But Tuesday' 68-page decision was a thicket of concurrences and dissents, reflecting the sharp divide the measure has created in the state itself.
David Prosser, whose recent reelection to the state's high court had been hotly contested by opponents of the union measure, wrote in his eight-page concurrence that GOP legislators had good reason to rush things they way they did, given the ugly mood of protesters at the Capitol.
Tuesday, June 14, 2011
Colin T. Rehrig pleaded guilty to stealing more than $30,000 from the United Brotherhood of Carpenters
By Tracy Jordan, OF THE MORNING CALL
A Carbon County man working as a bookkeeper for a local carpenters union embezzled an estimated $30,483 over four years from the organization, according to federal authorities.
Colin T. Rehrig, 68, of Mahoning Township, pleaded guilty in federal court Monday to taking the money from the United Brotherhood of Carpenters Local Union 600 of Bethlehem between September 2004 and September 2008.
Rehrig was charged in an information filed March 30. The two-page document says Rehrig's job duties included writing payroll checks, including his own, from a bank account from which he stole the money.
Rehrig faces a possible sentence of up to five years imprisonment, three years supervised release, a $250,000 fine and a $100 court fee. Sentencing is set for Sept. 27. He is free on a $10,000 recognizance bond.
New city program to eliminate red tape in construction project approval process results in 52% jump in productivity; $262 million jolt of economic activity seen.
By Amanda Fung
The city Department of Buildings said Tuesday that 385 construction projects were approved last month under a new pilot program designed to speed up the process. In fact, the agency calculated that courtesy of the new program, 52% more construction projects were approved per hour compared to the traditional approval process.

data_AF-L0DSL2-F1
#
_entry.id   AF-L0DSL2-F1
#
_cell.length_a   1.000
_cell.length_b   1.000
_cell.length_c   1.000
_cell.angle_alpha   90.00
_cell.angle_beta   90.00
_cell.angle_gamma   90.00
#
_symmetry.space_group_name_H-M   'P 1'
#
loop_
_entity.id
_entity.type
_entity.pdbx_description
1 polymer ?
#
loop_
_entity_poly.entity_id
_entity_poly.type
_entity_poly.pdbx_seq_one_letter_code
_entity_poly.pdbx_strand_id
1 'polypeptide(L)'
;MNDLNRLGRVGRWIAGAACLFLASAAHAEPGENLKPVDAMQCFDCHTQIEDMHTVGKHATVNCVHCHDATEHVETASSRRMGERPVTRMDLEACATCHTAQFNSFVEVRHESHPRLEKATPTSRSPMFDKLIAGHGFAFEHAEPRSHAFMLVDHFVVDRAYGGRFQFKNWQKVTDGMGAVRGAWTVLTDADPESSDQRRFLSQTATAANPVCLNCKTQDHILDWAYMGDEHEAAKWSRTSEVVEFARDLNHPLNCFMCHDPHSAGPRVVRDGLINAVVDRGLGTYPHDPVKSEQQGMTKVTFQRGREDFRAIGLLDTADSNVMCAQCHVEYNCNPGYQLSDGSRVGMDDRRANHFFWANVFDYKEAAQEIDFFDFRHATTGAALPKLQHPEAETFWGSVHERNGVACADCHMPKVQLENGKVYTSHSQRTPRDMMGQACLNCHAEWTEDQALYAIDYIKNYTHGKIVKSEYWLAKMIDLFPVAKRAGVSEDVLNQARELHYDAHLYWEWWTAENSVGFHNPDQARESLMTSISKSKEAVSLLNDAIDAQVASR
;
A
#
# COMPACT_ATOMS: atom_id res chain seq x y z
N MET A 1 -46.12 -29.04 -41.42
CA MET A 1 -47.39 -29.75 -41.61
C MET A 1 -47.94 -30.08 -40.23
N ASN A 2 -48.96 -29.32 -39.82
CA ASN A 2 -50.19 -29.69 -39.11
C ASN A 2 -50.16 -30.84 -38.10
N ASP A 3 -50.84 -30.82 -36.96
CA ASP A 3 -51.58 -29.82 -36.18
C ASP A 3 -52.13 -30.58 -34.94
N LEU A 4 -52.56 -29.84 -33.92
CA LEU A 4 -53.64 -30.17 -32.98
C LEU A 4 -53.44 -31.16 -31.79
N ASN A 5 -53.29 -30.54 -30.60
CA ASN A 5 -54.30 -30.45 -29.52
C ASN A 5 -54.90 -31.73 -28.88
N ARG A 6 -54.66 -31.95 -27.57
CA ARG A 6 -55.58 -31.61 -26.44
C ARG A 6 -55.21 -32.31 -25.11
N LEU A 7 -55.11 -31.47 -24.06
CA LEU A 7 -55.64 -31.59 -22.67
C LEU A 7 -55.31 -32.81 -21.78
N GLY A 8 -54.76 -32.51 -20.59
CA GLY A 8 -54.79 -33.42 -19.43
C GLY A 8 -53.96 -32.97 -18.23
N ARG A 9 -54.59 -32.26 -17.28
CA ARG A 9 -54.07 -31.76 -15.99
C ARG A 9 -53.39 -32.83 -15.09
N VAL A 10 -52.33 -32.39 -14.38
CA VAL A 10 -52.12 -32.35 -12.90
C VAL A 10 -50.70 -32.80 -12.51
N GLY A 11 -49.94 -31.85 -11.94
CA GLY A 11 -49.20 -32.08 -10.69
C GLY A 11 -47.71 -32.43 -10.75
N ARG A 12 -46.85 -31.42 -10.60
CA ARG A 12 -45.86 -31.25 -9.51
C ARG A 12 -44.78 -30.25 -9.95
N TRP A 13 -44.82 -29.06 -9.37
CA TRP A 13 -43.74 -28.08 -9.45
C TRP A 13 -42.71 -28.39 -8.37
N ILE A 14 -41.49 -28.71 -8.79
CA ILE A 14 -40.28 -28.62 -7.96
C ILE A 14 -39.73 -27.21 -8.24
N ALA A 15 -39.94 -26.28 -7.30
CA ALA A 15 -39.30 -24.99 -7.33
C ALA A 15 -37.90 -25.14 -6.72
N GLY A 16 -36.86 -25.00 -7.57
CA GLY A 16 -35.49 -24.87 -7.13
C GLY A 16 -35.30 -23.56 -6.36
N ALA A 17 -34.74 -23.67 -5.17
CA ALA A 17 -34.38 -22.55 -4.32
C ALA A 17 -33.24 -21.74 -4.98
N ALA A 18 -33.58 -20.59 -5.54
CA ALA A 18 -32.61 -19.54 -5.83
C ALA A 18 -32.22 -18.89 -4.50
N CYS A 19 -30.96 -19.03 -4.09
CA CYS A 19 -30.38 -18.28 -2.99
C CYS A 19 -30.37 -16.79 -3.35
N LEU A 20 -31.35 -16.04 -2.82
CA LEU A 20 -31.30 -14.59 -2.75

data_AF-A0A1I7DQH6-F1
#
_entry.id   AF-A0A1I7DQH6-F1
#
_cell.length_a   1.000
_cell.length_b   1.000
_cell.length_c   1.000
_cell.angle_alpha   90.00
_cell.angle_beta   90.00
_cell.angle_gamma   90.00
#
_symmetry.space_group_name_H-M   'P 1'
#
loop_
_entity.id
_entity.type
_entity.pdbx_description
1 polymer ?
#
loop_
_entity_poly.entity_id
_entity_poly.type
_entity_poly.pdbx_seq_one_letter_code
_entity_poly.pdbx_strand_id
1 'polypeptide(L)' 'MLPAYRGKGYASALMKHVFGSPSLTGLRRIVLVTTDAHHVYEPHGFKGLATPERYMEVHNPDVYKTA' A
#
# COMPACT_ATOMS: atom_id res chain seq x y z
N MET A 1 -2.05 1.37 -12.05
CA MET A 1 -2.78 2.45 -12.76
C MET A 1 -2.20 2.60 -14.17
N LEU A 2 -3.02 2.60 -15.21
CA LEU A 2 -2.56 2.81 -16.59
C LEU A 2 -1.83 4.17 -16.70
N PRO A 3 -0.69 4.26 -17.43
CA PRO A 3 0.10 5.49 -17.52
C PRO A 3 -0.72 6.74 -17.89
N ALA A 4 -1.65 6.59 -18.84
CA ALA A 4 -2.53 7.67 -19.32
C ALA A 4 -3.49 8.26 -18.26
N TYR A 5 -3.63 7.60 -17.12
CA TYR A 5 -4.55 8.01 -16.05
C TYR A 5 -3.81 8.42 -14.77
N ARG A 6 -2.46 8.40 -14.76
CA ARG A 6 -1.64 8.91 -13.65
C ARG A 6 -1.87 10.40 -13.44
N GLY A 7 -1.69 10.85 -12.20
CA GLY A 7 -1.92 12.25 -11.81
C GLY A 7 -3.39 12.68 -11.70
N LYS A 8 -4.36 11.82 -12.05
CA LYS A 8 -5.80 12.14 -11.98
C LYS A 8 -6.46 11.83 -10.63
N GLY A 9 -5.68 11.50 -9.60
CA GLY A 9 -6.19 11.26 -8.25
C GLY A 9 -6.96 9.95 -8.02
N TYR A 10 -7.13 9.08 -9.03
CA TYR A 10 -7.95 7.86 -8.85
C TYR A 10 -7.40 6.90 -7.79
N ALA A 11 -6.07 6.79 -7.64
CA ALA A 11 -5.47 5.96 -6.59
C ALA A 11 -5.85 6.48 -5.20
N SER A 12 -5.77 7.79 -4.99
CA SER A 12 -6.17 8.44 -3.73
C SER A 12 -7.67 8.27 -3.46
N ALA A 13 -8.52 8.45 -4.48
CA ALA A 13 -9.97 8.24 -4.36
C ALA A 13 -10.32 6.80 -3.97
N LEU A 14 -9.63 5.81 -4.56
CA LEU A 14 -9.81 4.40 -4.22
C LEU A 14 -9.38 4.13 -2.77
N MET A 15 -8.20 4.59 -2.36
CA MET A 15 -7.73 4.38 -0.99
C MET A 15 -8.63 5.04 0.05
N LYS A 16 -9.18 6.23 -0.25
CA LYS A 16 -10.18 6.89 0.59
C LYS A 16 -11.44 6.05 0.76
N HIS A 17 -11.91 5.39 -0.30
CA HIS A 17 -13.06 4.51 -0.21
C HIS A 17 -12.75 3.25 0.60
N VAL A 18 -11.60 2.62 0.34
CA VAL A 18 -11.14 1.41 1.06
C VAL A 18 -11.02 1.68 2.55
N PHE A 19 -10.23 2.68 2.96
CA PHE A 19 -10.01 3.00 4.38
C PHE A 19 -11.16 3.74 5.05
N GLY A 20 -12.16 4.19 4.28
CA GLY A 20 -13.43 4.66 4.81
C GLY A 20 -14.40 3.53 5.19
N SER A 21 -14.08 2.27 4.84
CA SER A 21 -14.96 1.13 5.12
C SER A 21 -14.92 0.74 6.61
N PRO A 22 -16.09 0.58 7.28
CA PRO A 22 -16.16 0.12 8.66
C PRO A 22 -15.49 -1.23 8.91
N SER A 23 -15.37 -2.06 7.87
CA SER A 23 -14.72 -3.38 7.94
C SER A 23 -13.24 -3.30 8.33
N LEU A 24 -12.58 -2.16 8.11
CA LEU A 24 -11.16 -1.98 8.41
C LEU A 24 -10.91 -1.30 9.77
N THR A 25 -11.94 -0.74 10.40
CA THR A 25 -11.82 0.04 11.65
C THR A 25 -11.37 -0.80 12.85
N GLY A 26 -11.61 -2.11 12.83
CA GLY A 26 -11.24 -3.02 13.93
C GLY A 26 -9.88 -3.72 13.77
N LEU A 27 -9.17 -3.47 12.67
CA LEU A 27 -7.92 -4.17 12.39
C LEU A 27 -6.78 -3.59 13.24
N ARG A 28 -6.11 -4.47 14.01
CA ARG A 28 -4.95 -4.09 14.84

The program dubbed “Get It Done. Together.” took place over 16 nights in May. At these sessions, Department of Buildings' five borough commissioners and representatives from six city agencies met with property owners, licensed architects and/or engineers and filing representatives to resolve project plans and examine projects for approval, a process that is usually complex and burdensome because it involves approvals from multiple agencies acting separately. The 385 approved projects are expected to generate $262 million worth of economic activity.
“More construction projects means more jobs, and that's what this new program is quickly accomplishing,” said Buildings Commissioner Robert LiMandri, in a statement. “By bringing these government agencies together into one room for the first time, we've stripped away the typical back-and-forth that can serve as a roadblock for any construction project, and we're working closely with developers and designers so their construction projects can start as soon as possible.”
Sunday, June 12, 2011
|Charlie Harkin awarded Christmas "bonuses: to select board members.|
The below excerpt was taken from the second semi-annual report by Review Office Dennis Walsh.
Local Union 1456
Late last year, my office began an investigation of the governance and administration of Local Union 1456 (the “Dockbuilders”). The investigation has revealed various improprieties relating to the expenditure of union funds and deep flaws in its business practices. After his veto, Michael Koballa settled certain outstanding issues with this office pursuant to the terms of an agreement executed on February 24, 2011. The President of the Local, Charles Harkin, resigned his position effective April 27, 2011; resigned as a trustee of the Benefit Funds effective April 29, 2011; and resigned as a business representative and “withdrew” his membership in the Union effective April 30, 2011. Olaf Olsen, the treasurer of the Local, resigned his position and his employment as a business representative of the District Council pursuant to the terms of an agreement with this office executed on May 10, 2011.
The investigation of Local Union 1456 is discussed in detail at 32-39. The Harkin resignation letters and the settlement agreements with Koballa and Olsen are attached hereto as Exhibits 12, 13 and 14, respectively.